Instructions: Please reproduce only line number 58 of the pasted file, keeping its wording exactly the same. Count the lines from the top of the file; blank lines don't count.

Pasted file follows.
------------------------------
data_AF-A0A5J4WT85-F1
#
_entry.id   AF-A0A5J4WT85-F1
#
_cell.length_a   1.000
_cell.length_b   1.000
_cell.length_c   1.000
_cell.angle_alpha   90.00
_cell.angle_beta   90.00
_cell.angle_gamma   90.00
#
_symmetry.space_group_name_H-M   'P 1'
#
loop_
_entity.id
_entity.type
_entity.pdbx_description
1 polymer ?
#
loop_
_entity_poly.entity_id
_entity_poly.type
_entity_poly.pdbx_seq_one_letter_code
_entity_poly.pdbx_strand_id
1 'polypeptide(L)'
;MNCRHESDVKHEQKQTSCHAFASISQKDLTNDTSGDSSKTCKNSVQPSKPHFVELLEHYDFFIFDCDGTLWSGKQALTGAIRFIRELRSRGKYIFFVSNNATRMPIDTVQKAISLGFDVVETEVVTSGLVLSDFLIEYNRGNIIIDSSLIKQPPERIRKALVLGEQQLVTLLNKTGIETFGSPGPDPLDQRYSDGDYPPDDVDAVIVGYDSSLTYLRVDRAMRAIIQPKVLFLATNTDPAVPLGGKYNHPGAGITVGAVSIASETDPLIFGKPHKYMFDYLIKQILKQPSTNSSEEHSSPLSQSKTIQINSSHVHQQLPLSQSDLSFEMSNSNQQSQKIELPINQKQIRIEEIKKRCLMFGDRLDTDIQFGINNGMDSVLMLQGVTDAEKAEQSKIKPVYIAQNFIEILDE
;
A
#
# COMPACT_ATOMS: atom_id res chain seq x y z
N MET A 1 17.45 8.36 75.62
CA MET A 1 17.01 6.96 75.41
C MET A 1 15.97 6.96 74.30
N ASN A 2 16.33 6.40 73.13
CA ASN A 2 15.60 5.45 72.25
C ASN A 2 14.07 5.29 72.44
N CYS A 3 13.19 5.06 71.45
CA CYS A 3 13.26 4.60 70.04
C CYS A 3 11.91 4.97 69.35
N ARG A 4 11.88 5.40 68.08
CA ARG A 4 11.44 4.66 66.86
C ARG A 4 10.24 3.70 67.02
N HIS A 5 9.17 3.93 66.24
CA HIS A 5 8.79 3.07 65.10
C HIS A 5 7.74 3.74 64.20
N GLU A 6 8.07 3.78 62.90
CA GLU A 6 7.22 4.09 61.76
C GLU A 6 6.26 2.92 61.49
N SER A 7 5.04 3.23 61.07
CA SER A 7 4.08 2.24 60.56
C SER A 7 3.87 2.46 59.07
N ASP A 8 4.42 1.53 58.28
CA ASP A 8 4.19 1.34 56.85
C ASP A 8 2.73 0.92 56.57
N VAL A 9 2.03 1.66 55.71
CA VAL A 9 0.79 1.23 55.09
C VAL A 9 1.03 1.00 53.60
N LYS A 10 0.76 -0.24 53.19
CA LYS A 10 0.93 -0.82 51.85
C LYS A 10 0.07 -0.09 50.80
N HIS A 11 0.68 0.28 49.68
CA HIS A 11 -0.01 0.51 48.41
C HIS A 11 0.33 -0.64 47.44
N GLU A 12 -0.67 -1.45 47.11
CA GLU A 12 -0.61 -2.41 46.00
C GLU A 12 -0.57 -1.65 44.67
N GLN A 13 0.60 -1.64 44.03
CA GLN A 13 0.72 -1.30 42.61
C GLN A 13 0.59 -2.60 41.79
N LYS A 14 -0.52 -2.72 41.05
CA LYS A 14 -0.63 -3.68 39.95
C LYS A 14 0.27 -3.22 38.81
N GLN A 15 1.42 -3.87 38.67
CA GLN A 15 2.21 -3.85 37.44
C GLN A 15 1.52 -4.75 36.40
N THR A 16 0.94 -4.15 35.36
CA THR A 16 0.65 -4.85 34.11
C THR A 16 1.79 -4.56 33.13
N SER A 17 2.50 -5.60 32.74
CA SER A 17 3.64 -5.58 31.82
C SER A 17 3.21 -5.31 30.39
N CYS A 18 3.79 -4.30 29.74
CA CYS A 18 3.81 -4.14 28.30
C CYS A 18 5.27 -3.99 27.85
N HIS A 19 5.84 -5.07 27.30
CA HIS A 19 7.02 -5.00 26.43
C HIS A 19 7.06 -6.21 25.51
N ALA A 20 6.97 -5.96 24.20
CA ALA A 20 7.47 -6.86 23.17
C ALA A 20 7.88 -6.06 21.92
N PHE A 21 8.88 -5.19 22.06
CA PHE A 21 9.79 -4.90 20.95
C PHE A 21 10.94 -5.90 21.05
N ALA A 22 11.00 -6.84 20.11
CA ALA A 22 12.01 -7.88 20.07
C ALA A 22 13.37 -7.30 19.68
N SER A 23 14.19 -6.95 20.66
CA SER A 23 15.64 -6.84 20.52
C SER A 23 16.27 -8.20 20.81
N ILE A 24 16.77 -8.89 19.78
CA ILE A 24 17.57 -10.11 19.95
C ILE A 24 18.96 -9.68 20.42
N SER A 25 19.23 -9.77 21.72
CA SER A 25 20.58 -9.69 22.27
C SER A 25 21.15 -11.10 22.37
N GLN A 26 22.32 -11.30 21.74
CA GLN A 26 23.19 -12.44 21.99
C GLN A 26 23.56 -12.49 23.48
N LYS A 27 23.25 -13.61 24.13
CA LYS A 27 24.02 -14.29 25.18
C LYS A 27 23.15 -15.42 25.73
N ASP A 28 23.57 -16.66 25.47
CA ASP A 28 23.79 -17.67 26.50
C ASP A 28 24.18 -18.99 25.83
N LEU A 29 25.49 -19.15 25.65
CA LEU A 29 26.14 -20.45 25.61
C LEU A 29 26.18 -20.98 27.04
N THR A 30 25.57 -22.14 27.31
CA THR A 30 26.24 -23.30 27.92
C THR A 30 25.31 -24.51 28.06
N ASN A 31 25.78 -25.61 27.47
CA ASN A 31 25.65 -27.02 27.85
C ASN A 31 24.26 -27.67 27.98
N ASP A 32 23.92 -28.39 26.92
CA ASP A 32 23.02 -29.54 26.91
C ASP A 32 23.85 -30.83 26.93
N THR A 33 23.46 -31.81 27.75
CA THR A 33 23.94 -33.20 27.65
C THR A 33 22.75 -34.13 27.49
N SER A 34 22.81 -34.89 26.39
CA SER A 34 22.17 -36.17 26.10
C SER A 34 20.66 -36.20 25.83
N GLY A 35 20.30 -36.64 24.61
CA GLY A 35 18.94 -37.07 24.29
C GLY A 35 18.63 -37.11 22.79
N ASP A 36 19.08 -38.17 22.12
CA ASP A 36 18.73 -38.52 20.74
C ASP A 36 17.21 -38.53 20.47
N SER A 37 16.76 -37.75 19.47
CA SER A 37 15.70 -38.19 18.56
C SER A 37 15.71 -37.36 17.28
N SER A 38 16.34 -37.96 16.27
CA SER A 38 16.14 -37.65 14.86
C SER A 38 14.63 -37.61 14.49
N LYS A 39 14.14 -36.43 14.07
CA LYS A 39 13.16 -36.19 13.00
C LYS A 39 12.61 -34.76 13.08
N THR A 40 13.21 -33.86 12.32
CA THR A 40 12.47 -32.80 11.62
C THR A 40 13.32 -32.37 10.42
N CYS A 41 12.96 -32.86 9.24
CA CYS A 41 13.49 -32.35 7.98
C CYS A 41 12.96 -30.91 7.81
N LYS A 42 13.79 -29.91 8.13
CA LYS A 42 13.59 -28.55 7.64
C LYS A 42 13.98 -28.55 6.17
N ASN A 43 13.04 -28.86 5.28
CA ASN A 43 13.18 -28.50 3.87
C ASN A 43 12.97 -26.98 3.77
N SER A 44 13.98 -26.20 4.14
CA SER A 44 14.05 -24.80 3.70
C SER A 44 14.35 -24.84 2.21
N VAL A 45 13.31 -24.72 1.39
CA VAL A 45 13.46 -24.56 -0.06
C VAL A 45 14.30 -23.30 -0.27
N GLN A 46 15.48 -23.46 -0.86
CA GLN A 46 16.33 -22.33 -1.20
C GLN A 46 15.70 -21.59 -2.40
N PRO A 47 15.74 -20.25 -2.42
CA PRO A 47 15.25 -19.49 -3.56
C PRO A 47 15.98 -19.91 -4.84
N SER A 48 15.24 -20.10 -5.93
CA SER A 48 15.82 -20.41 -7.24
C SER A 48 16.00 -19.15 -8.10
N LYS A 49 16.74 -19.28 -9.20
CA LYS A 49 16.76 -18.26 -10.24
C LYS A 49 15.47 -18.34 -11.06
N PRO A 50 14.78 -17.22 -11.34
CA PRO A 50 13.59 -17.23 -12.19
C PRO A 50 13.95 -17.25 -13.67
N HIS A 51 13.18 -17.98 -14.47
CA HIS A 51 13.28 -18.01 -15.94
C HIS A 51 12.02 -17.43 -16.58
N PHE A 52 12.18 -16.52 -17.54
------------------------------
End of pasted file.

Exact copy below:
N LYS A 10 0.76 -0.24 53.19